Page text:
Pet projects

Every industry develops habits by which it generates revenue. The cosmetics industry, for example, relies heavily on celebrity. In the professional service industry it is the extensive use of client hospitality. Now clearly the opportunity to spend time with clients in informal settings allows trust to develop, which leads on to work. There are, though, a number of difficulties with hospitality. For instance, real decision-makers find it increasingly hard to find time for these sort of activities and tend to turn up to only one or two a year. (Many prefer to spend what free time they have with their own family.) So invites can be delegated down to low level people or they might drop out at the last moment. As a result, a number of practices spend more time entertaining their own staff than they would want. There are similar difficulties with paying to speak at conferences or for adverts next to articles in contract publishing magazines. It needs shrewd judgment and experience to select those activities that actually influence clients to give the practice work, but weaning partners off long-standing pet projects can release substantial funds for other uses.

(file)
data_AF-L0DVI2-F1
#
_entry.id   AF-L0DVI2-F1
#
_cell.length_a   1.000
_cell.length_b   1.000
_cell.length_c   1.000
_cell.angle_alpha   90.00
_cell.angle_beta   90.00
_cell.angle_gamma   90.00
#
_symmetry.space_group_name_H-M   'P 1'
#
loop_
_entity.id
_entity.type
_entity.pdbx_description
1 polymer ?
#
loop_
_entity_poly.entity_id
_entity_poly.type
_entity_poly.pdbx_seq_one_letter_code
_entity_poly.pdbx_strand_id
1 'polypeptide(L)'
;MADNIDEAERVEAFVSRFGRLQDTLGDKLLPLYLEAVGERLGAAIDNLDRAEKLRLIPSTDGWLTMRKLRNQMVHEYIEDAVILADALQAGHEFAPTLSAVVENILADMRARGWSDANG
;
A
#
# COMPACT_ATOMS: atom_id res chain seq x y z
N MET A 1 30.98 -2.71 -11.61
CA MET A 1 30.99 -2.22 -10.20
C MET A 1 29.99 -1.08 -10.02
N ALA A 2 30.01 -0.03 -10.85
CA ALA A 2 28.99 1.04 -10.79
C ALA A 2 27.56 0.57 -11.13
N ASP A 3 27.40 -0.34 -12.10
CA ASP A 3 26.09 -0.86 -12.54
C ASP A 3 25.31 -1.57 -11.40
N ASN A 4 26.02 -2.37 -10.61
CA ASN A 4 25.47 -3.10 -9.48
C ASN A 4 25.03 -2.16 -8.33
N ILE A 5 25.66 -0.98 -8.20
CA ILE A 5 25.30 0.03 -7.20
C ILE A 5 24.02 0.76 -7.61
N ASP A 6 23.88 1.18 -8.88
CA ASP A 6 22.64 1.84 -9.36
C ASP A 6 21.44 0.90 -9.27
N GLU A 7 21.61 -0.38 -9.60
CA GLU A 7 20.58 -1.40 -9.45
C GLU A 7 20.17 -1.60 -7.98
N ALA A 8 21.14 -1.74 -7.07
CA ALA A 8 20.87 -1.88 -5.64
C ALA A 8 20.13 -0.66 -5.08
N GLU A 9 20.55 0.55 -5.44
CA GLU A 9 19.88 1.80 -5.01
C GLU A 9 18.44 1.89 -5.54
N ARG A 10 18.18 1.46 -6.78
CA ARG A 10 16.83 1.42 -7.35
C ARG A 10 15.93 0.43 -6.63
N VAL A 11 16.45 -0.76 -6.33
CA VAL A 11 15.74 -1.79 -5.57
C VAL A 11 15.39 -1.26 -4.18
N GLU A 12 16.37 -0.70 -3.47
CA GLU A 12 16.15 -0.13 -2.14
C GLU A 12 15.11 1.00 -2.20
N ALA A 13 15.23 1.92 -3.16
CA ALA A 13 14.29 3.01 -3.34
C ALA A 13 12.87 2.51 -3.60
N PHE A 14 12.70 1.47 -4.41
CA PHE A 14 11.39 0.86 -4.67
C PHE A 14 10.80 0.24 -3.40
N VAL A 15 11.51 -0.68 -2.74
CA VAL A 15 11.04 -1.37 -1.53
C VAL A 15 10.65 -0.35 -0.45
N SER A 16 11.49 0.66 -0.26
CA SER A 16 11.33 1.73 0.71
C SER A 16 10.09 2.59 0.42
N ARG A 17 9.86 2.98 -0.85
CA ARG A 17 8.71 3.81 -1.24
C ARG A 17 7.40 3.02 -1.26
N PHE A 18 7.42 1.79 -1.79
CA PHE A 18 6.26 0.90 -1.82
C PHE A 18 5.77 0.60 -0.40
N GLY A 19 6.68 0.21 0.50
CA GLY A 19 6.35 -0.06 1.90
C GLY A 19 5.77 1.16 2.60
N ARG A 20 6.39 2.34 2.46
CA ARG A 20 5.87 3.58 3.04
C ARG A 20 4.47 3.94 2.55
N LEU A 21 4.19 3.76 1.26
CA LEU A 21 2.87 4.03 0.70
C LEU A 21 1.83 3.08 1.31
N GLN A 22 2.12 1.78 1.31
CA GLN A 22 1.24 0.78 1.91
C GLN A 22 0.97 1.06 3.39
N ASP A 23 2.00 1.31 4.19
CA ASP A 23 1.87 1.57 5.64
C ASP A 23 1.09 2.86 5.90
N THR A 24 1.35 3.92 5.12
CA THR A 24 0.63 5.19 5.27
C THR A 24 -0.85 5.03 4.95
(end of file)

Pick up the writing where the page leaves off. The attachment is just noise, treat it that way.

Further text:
Quite often a partner with no marketing orientation or training is put in charge of this function because they are a voice to the leadership for a certain group of, otherwise unrepresented, partners. Or client service staff may be moved into it because they are ineffective, but can't be laid off. (Marketing groups in British professional practices contain more than one practitioner who has failed professional exams, become alcohol-dependent or had a torrid affair with someone powerful.) If the firm's market position and income flow is secure, this causes little real damage. In fact, knowledge of accounting, client experience and common sense can be really useful in these support functions.